The device under test consists of a four-port micro-ring resonator, 48 μm in radius. The guiding core is high index doped silica glass [12,13] with a refractive index of 1.7 at 1550 nm, embedded in silica glass and integrated on a silicon wafer. Chemical vapor deposition was used to deposit the glass layers, and the ring resonator was defined with high resolution optical lithography followed by reactive ion etching. The dimensions (and composition) of both the ring and bus are the same, with a rectangular cross section of 1.45 μm x 1.50 μm, yielding a tight modal field confinement due to a large refractive index contrast. We use a vertical coupling scheme between the bus and ring in order to achieve greater control over the gap. Details of the fabrication process are given in  and references therein. Chromatic dispersion of this glass waveguide is relatively small with β 2 ≅ −9 ps2/km at 1550 nm . The ring resonator is coupled to two bus waveguides, as sketched in Fig. 1 , Each of the four device ports (input, through, add, and drop) is pigtailed, with on-chip mode converters to reduce coupling losses to 1.65 dB. The waveguides support a couple of very weakly bound higher order modes with different symmetry, but they have no impact on the device performance. The coupling scheme ensures that these modes are not excited and we observe no resonances associated with them .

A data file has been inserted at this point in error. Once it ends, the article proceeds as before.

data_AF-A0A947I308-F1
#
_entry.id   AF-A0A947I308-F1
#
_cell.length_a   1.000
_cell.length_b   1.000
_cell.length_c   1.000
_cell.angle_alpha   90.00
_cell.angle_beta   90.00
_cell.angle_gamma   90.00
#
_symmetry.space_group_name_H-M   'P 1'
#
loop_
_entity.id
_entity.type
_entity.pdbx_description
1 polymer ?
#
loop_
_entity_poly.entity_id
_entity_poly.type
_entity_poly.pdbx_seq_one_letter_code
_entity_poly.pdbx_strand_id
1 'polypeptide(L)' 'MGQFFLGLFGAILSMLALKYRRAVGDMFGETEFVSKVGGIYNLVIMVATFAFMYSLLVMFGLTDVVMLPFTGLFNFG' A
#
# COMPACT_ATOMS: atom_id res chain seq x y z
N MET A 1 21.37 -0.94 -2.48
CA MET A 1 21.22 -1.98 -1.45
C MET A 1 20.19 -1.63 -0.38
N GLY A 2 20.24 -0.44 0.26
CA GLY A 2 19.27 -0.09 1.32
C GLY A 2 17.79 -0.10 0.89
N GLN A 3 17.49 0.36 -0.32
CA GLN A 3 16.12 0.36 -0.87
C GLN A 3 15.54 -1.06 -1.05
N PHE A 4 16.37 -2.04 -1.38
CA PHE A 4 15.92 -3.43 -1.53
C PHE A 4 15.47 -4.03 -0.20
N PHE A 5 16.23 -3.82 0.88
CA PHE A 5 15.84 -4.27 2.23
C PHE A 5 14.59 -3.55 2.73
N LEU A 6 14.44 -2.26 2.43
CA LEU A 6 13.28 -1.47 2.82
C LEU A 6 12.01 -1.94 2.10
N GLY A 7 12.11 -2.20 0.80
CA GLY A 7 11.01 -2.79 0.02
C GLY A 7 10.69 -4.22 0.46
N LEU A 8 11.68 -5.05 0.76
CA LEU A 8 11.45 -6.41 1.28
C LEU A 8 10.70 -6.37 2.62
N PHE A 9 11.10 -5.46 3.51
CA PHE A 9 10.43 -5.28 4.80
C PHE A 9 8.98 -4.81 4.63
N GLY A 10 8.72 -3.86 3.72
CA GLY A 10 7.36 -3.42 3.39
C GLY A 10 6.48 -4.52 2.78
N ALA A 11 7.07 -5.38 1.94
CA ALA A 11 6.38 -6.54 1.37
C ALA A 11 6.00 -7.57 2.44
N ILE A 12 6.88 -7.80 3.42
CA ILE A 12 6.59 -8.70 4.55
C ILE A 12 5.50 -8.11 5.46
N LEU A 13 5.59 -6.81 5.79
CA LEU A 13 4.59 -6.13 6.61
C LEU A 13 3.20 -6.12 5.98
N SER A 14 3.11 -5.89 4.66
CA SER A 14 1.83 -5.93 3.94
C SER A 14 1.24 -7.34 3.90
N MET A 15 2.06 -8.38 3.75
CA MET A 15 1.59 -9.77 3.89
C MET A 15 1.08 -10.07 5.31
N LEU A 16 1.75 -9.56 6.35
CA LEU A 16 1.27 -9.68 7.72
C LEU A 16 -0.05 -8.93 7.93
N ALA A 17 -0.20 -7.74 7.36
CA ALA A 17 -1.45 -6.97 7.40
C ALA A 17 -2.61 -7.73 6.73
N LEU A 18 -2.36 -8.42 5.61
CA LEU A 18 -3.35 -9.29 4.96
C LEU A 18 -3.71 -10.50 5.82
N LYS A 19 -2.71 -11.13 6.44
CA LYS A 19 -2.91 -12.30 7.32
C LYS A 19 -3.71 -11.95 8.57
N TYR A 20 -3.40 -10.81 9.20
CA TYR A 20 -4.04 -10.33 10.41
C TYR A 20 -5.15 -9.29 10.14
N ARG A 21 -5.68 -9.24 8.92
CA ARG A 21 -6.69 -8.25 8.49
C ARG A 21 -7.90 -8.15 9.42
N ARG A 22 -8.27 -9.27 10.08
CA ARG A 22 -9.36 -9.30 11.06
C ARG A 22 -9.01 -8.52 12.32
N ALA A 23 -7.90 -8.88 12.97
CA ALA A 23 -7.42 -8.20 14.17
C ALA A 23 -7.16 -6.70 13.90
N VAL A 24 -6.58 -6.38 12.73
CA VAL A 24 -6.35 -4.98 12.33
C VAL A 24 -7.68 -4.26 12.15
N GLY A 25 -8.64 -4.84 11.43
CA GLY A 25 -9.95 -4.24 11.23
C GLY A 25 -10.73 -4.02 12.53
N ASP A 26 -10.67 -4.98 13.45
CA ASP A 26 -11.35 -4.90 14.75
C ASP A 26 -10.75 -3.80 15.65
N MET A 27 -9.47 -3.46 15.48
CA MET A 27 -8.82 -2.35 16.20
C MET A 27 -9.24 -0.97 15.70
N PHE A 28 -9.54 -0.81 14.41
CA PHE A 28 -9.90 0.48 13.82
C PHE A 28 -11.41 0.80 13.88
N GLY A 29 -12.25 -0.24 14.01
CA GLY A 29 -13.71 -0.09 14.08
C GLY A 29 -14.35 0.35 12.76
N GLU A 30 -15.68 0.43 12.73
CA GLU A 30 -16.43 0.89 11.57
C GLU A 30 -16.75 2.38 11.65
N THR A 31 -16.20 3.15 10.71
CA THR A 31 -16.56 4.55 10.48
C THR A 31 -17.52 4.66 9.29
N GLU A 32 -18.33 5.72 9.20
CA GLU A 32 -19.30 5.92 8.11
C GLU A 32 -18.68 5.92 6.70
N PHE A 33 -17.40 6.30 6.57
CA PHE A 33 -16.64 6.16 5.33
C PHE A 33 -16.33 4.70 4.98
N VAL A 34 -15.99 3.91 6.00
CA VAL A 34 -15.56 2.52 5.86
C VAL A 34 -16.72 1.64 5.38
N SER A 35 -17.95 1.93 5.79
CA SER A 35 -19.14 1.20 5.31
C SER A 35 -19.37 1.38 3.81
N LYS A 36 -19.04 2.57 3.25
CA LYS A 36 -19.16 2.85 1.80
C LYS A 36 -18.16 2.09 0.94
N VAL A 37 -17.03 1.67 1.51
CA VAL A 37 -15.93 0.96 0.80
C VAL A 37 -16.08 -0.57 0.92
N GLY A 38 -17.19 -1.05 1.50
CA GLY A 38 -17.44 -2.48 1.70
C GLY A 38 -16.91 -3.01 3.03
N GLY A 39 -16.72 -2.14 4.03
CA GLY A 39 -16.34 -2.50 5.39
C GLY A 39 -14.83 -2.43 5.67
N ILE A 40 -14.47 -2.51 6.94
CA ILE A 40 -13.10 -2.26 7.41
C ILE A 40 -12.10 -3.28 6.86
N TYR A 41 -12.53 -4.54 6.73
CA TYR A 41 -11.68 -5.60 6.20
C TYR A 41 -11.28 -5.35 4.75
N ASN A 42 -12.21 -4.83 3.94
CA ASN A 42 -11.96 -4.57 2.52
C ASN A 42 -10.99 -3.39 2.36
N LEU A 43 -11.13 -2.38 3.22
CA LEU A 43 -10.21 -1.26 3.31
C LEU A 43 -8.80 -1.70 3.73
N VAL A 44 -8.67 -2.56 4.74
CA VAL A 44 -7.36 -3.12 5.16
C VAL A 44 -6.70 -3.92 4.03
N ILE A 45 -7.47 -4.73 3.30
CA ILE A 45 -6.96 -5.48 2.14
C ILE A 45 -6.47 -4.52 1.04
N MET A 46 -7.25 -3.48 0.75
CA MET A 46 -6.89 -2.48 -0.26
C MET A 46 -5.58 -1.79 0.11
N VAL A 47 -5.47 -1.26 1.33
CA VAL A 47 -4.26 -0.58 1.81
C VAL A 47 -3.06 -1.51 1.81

Figure 2 shows the experimental setup. The pump was a CW distributed feedback (DFB) tunable laser at λ= 1548.9 nm, amplified by an erbium doped fiber (EDFA). The signal was obtained by modulating a CW tunable external cavity laser (ECL) at λ= 1562.9 nm, also amplified with an EDFA, at 2.5 Gb/s, using a pseudorandom bit sequence (PRBS, 215-1) in a non return to zero (NRZ) format. We used a bit sequence length of 215-1 rather than 231-1 in order to improve the stability of the BER measurements, given the relatively low bit rate of 2.5Gb/s. We have verified in other work at higher bit rates that this does not have a significant impact on the results. The pump and signal were filtered using 0.9 nm and 0.8 nm bandwidth filters (BPF), to remove the background amplified spontaneous noise (ASE), and were then coupled into the ADD and INPUT ports, respectively. Two different resonances, offset by three free spectral ranges (FSR) or 1.725 THz (13.8 nm), were excited by the pump and the signal. The effective pump power inside the ring is estimated to be ~10W because of the resonant enhancement of the cavity.
3. Results and discussion
The low power signal spectrum had a full width at half maximum of 10pm. The eye diagrams of the signal as coupled into the INPUT port, and collected at the DROP port (output of the sample) are shown in Fig. 2b Fig. 2 shows that the signal eye diagram undergoes only moderate degradation after passing through the ring, and so experiences very little high frequency cut-off after passing through the ring resonance.
The spectra acquired in the presence of a 165 mW pump (coupled power at the ADD bus) for several signal powers are visible in Fig. 3 (top left), measured at the DROP port of the ring resonator. The linear growth in intensity of the generated idler at 1535.2 nm, versus signal power (Fig. 3, bottom left) shows no saturation, and an internal average conversion efficiency of −28.5 dB. The weak peaks visible in the spectrum of the pump at the DROP port are side-modes of the DFB pump laser. The spectrum at the DROP port is not that of the incident pump, but the residual spectrum left after the pump is coupled into the ring, and so the side-modes lying outside the resonance are significantly enhanced relative to the central pump wavelength.